Many biochemical, physiological, and behavioral processes display daily rhythms generated by an internal timekeeping mechanism referred to as the circadian clock. The core oscillator driving this clock is located in the ventral part of the hypothalamus, the so called suprachiasmatic nuclei (SCN). At the molecular level, this oscillator is thought to be composed of interlocking autoregulatory feedback loops involving a set of clock genes. Among the components driving the mammalian circadian clock are the Period 1 and 2 (mPer1 and mPer2) and Cryptochrome 1 and 2 (mCry1 and mCry2) genes. A mutation in the mPer2 gene leads to a gradual loss of circadian rhythmicity in mice kept in constant darkness (DD). Here we show that inactivation of the mCry2 gene in mPer2 mutant mice restores circadian rhythmicity and normal clock gene expression patterns. Thus, mCry2 can act as a nonallelic suppressor of mPer2, which points to direct or indirect interactions of PER2 and CRY2 proteins. In marked contrast, inactivation of mCry1 in mPer2 mutant mice does not restore circadian rhythmicity but instead results in complete behavioral arrhythmicity in DD, indicating different effects of mCry1 and mCry2 in the clock mechanism.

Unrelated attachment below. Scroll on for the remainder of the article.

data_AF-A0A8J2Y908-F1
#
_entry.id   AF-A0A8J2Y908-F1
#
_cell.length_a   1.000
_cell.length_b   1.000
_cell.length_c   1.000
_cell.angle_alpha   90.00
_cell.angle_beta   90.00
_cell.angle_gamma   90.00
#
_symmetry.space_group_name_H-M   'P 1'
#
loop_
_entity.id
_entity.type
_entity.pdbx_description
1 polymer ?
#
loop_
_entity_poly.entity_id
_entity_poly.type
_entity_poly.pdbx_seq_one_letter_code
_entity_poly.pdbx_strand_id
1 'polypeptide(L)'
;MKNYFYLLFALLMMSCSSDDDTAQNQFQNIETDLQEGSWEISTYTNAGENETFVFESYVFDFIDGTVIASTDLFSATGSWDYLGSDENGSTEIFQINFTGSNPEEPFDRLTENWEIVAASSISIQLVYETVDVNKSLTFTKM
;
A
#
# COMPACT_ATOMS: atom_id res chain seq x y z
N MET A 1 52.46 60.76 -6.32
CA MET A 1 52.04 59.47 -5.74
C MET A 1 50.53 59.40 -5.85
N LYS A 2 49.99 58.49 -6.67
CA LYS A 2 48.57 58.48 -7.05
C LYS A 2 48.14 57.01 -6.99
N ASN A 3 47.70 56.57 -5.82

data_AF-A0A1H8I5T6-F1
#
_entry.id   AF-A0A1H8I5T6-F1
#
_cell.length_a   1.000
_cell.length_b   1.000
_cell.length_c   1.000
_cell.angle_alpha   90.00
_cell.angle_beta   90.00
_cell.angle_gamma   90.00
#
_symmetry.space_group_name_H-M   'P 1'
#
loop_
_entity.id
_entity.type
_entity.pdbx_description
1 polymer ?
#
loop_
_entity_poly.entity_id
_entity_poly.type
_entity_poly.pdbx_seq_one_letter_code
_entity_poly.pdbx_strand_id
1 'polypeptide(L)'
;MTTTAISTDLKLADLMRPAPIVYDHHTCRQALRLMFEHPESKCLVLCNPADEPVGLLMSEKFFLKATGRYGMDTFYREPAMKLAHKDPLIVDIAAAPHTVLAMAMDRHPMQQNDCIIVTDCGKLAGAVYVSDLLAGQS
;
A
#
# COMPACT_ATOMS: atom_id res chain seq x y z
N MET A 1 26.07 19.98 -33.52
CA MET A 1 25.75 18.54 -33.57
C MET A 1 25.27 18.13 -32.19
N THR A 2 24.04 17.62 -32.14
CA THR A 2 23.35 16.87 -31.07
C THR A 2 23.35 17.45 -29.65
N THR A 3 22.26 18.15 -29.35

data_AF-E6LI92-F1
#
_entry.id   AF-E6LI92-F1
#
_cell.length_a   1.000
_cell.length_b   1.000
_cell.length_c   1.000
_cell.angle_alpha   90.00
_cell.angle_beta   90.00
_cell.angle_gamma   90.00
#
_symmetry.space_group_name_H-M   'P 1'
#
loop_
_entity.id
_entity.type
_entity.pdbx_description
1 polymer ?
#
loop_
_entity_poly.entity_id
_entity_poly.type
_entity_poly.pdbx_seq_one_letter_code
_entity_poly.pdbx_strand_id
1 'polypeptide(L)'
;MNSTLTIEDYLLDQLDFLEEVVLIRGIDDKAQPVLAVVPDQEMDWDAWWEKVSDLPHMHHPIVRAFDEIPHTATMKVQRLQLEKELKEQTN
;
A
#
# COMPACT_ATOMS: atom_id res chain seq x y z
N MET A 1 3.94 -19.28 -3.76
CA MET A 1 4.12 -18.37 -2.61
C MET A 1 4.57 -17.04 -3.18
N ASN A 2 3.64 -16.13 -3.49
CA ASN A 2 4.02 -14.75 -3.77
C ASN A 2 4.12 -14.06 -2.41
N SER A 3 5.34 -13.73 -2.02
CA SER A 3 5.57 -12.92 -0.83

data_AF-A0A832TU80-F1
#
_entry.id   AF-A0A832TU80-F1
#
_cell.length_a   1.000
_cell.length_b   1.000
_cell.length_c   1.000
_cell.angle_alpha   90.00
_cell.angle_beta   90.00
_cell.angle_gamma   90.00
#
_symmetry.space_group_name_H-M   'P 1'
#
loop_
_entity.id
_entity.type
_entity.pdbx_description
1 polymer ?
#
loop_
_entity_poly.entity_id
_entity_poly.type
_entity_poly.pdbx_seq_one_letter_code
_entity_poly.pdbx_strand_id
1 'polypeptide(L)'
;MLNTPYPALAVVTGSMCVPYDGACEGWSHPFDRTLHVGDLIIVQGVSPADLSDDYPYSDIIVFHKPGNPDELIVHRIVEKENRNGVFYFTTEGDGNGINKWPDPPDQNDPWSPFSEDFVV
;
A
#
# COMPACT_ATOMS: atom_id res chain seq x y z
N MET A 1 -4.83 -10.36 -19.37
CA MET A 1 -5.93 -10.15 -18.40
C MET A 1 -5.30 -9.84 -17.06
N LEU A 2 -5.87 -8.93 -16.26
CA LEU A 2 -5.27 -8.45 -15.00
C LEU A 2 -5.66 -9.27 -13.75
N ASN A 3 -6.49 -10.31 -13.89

Research Areas and Centers
- Academic Focus: Center for Brain, Behavior and Metabolism (CBBM)